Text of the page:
Reid's attorneys had attempted to delay the sentencing, calling for officials to declassify intelligence documents they said might help Reid's case. Prosecutors called him "a committed terrorist who will remain so until his dying days."
Reid entered a guilty plea last October to attempting to bring down American Airlines Flight 63 using an explosive substance hidden in his shoe. The substance, called triacetone triperoxide (TATP), could have blown a hole in the aircraft's fuselage and killed all 197 passengers, prosecutors said. But Reid was subdued before he could light the fuse.
After pushing one flight attendant to the ground and biting the hand of another who tried to stop him, Reid was overpowered by several of the aircraft's passengers. The flight, scheduled to fly from Paris to Miami, was redirected to Boston after Reid was restrained and given a sedative by two doctors on board.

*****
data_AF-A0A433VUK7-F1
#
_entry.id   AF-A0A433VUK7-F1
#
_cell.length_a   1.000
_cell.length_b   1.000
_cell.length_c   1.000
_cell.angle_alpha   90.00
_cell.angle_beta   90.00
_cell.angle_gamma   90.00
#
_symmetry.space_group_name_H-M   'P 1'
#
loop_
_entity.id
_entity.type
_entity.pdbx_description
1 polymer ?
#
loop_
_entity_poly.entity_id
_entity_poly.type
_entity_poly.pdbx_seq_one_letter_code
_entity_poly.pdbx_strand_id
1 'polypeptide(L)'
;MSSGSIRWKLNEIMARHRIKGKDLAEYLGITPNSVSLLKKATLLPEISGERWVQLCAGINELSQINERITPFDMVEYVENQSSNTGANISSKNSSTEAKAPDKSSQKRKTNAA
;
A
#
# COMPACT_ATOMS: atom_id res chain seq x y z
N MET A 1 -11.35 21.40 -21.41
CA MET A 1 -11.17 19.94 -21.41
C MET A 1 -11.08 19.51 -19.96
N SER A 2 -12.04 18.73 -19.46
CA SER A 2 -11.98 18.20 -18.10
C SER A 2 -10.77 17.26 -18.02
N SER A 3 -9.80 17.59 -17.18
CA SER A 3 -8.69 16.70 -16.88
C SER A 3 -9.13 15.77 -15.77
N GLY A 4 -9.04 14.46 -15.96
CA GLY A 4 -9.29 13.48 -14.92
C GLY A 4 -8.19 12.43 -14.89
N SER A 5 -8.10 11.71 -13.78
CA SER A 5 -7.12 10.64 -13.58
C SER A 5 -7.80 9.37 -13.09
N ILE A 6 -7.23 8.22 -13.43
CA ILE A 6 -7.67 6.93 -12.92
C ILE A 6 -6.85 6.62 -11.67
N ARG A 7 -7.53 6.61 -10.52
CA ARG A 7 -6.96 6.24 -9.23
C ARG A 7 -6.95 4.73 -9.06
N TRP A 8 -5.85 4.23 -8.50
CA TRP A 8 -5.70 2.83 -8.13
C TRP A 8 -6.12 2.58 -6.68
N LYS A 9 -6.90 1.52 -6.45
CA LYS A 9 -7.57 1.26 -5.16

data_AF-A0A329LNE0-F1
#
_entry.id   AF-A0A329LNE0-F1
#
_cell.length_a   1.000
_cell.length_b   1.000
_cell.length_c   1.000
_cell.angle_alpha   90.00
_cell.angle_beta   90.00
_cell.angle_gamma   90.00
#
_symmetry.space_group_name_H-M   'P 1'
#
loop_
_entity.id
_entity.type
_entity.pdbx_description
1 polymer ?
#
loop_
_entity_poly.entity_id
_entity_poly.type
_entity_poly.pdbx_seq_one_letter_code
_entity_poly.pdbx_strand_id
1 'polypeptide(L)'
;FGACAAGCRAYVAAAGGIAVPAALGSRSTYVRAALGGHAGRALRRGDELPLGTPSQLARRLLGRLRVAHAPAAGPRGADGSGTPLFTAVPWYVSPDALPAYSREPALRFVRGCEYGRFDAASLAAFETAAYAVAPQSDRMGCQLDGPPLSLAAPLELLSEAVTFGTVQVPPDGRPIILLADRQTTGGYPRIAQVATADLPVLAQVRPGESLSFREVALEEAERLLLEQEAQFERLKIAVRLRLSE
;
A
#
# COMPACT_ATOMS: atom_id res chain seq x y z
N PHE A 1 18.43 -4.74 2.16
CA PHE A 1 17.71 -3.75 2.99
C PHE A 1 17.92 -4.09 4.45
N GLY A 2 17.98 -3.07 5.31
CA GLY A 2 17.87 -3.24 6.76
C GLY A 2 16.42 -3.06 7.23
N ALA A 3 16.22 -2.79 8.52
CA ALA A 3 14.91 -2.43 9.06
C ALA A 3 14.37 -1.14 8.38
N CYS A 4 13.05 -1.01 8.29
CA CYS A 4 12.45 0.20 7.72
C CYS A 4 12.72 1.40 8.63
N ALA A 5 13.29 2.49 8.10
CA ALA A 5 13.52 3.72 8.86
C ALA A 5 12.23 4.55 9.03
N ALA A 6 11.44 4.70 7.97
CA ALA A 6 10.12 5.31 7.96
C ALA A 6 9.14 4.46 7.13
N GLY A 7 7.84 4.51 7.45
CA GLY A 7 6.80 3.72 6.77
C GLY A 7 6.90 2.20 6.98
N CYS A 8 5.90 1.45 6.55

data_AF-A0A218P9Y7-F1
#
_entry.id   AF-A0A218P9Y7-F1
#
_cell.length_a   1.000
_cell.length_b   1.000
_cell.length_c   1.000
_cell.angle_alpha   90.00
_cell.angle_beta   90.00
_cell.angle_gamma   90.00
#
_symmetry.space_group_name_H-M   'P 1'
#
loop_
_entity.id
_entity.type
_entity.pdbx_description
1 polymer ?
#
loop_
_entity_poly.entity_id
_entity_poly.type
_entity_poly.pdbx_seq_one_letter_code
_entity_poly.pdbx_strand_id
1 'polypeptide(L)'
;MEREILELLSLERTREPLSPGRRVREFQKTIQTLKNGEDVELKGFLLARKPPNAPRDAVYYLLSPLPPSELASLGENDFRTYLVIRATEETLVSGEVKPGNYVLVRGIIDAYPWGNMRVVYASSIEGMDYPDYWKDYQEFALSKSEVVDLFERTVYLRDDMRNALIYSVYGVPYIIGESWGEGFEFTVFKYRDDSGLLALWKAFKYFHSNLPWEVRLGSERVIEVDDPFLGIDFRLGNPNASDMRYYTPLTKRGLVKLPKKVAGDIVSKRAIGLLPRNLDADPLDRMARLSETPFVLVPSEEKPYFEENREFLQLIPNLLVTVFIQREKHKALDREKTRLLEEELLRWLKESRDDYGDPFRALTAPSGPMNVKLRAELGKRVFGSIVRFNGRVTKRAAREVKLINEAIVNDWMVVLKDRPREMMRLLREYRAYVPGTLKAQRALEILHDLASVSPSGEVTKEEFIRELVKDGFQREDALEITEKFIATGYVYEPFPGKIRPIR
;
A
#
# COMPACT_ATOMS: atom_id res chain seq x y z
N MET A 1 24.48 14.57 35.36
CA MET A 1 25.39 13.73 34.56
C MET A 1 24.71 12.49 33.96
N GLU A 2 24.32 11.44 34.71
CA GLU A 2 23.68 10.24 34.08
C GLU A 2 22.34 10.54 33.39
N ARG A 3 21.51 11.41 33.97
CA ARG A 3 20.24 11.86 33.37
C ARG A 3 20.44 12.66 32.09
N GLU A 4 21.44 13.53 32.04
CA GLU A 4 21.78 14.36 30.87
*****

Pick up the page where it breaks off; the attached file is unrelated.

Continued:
The 29-year-old British citizen is a self-proclaimed member of al-Qaida, the militant organization headed by Osama bin Laden. He told the court his actions stemmed from a belief that the U.S. and other Western countries were persecuting Muslims.
"Your government has sponsored the torture of Muslims in Iraq, and Turkey, and Jordan and Syria with their money and weapons," he told U.S. Chief Judge William Young, "Islam saved my life. It was under attack by the West, I had to do what I could."
When Young told Reid that prosecutors would attempt to detail his relationship with al-Qaida during his sentencing, Reid replied, "I don't care. I'm a member of al-Qaida, I pledge to Osama bin Laden and I'm an enemy of your country..."
Reid was charged with eight counts of criminal activity, including attempted use of a weapon of mass destruction, placing an explosive device on an aircraft and attempted homicide. He is expected to serve his sentence at the Federal Correction Center in Florence, Colorado.